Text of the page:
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Old 05-12-2010, 04:05 AM   #1
Jun 2008
Posts: 14

So we all know that hitting a target FG above completely freaking dry is difficult to do. Well, not difficult, but each option comes with its costs and benefits.

1. Yeast selection - some are more or less attenuative, and of course, there is the option to use beer yeasts. Granted, I've never tried this, and maybe others can chime in. Have you guys experienced any ale-like flavors?

2. Start with higher gravity - Will finish sweeter of course, and I've tried this. But what if you don't want to have a 14% abv mead? Some people (ie. guests) may want something less alcoholic.

3. Kill the yeast... kill it dead. Two ways to do this, neither of which I've tried. Theoretically, you could kill it before you reach terminal gravity, although I haven't read anyone ever trying to do this. Also, kill the yeast, then backsweeten, which is more popular. Any flavor effects of using sulfites, Cambden tablets, etc? What about its effects on aging?

4. Filtering, which leads to the point of this whole thread. Since I already own a filter, I plan on filtering all my meads at a certain point. Before you ask, I do it because I can. I've already filtered several meads with good success, but it's always after a few months. However, the big question: What are the effects on stopping fermentation (let's say at 1.015) via filtering on aging? Will the mead still age well, or is the yeast doing the conditioning?

I can already imagine that the yeast won't have a chance to clean up after themselves... but I've never tried it. Anyone one? Bueller?

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Old 05-12-2010, 02:06 PM   #2
Jan 2010
Posts: 1,034
Liked 16 Times on 16 Posts

You can stop a fermentation with filtration, but you need to remove all the yeast. That sounds easier than it is. It requires more than the typical pad filters. Most of the filters you see are "nominal." That means they may filter out somewhere between 50-90% of the particles at a certain size. So even a nominal 0.5 micron filter may allow particle as big as 1 micron to pass through, and that is plenty big enough for yeast to get through. If enough yeast get through, fermentation will restart.

To get all the yeast you need to use "absolute" filters which will remove 99.9% of the particles. These are membrane filters, and if you use a pore size of 0.65 microns or smaller, you should be able to get all the yeast (assuming there is no problem with filter integrity). These filters usually cost quite a bit more ($80-100 for 10 inch cartridge filters). Filtering a cloudy mead can clog a filter fairly quickly, but you can usually run a 5 gallon batch through a 10 inch filter in one pass - but if you want to prefilter it, that helps.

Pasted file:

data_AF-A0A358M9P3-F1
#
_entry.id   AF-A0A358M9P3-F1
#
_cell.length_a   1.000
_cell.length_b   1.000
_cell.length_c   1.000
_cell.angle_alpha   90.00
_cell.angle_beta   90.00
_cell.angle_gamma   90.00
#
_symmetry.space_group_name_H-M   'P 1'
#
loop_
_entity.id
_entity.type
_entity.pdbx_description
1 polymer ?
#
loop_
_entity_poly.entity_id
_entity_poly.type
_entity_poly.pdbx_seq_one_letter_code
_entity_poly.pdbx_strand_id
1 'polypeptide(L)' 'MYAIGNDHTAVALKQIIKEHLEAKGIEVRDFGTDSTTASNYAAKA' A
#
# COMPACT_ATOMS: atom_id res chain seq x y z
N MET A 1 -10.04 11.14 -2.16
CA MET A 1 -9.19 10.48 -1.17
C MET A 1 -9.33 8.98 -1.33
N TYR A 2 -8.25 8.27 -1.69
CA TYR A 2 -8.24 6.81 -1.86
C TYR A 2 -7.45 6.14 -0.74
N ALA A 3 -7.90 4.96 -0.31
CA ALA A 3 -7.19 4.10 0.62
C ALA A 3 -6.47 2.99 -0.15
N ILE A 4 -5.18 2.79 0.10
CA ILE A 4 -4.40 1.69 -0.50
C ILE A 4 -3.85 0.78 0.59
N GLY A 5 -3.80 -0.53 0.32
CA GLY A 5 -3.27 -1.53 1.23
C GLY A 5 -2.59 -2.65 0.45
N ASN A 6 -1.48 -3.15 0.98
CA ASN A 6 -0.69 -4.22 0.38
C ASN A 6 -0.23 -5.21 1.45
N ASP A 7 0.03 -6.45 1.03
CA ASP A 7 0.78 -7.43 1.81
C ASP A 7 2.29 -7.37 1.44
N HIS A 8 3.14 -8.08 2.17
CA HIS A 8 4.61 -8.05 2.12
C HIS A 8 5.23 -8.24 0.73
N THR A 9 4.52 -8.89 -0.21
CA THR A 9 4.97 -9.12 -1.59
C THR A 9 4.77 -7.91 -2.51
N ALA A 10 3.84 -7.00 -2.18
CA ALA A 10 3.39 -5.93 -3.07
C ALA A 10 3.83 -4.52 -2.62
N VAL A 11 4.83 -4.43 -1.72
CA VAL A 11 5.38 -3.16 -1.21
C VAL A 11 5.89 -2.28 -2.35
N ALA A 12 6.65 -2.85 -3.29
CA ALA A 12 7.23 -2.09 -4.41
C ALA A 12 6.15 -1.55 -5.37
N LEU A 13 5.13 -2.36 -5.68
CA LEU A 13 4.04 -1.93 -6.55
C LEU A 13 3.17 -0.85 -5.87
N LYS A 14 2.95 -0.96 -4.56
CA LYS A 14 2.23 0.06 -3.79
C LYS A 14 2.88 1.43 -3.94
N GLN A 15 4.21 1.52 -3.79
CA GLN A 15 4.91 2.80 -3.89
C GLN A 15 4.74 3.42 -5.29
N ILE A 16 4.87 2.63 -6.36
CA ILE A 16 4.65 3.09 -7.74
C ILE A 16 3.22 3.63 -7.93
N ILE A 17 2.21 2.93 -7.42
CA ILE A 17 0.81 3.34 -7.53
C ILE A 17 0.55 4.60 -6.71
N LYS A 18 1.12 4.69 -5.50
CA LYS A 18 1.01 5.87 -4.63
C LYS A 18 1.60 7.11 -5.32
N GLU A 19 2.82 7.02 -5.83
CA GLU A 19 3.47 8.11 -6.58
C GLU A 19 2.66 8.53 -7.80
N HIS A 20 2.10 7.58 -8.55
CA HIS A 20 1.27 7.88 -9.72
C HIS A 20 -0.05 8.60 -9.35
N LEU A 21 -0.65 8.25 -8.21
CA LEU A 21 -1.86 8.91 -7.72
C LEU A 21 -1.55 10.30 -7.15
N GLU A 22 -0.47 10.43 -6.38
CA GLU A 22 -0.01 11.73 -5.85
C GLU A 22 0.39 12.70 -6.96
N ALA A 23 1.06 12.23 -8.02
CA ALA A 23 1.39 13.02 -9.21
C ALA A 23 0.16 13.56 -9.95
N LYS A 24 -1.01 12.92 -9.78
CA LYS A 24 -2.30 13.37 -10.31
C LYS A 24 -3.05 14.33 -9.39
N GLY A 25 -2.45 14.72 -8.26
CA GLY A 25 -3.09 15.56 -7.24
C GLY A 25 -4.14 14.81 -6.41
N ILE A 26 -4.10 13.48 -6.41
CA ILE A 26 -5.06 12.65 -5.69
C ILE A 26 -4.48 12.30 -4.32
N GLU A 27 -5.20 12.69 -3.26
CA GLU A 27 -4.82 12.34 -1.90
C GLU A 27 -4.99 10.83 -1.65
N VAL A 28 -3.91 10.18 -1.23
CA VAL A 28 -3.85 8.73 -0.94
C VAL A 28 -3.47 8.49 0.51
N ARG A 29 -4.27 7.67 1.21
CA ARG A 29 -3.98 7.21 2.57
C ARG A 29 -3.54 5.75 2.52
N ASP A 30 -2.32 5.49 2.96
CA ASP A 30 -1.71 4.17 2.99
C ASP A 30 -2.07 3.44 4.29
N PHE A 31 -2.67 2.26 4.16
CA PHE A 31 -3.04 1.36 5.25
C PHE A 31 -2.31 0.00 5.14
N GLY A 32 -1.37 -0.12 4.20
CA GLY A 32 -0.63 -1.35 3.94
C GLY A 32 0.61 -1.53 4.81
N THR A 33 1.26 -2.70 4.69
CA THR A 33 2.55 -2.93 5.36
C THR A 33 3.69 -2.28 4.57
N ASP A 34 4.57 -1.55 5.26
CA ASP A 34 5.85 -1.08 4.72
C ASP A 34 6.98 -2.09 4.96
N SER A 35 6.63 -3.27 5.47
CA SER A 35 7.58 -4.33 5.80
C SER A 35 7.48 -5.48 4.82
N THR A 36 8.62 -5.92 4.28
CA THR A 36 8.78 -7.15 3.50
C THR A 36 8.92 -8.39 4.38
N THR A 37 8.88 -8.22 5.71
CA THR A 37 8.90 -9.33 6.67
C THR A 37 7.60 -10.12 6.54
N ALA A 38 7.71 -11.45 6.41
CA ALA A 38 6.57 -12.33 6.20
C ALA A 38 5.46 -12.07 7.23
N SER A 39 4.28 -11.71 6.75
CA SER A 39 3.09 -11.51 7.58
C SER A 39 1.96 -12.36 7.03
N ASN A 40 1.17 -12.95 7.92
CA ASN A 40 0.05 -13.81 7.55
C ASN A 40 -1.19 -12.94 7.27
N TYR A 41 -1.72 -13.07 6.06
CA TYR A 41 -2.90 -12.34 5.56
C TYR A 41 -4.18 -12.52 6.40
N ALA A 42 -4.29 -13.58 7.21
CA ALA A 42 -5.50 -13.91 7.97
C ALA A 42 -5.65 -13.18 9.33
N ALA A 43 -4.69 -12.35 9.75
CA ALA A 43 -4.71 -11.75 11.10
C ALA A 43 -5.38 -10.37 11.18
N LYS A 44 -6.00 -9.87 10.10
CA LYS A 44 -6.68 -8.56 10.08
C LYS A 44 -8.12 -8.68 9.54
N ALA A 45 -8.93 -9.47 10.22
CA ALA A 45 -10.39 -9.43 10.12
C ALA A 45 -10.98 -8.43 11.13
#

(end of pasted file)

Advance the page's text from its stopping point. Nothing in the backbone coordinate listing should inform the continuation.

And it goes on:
A useful way to make it easier is to cold crash the mead in a fridge for a couple of weeks to drop as many of the yeast out of suspension as possible before the filtration.

I hope that helps.

"Our results are merely the result of carefully managing the transformation of bee spit into yeast excrement."
--- Wayneb

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Old 05-12-2010, 04:35 PM   #3
Aug 2009
Bloomington, IN
Posts: 418
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I have been looking at filters for this very purpose. I think it would work well as long as you are using absolute filters.

In the mean time, I will place it in the fridge to slow/stop fermentation, let it sit for a few days, rack, and then add K-meta and sorbate. It works well and is a good cheap solution until I can get a filter.

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Old 05-12-2010, 10:55 PM   #4
malkore's Avatar
Jun 2007
Posts: 6,922
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I've made a lot of mead with Edme ale yeast, now sold by Fermentis as S-33. It stops at 14% ABV. it does require aging, and there's no ale 'off flavors/aromas' like juicy fruit, etc...provided you ferment as optimally as possible.
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Old 05-12-2010, 11:21 PM   #5
Mar 2009
Posts: 2,607
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you left out one idea. add enough honey to hit your target alcohol. then once its done add some potassium sorbet (bad spelling) to prevent future fermentation. then add enough honey to hit your target FG. you where hopefully going to add the potassium anyway, right?

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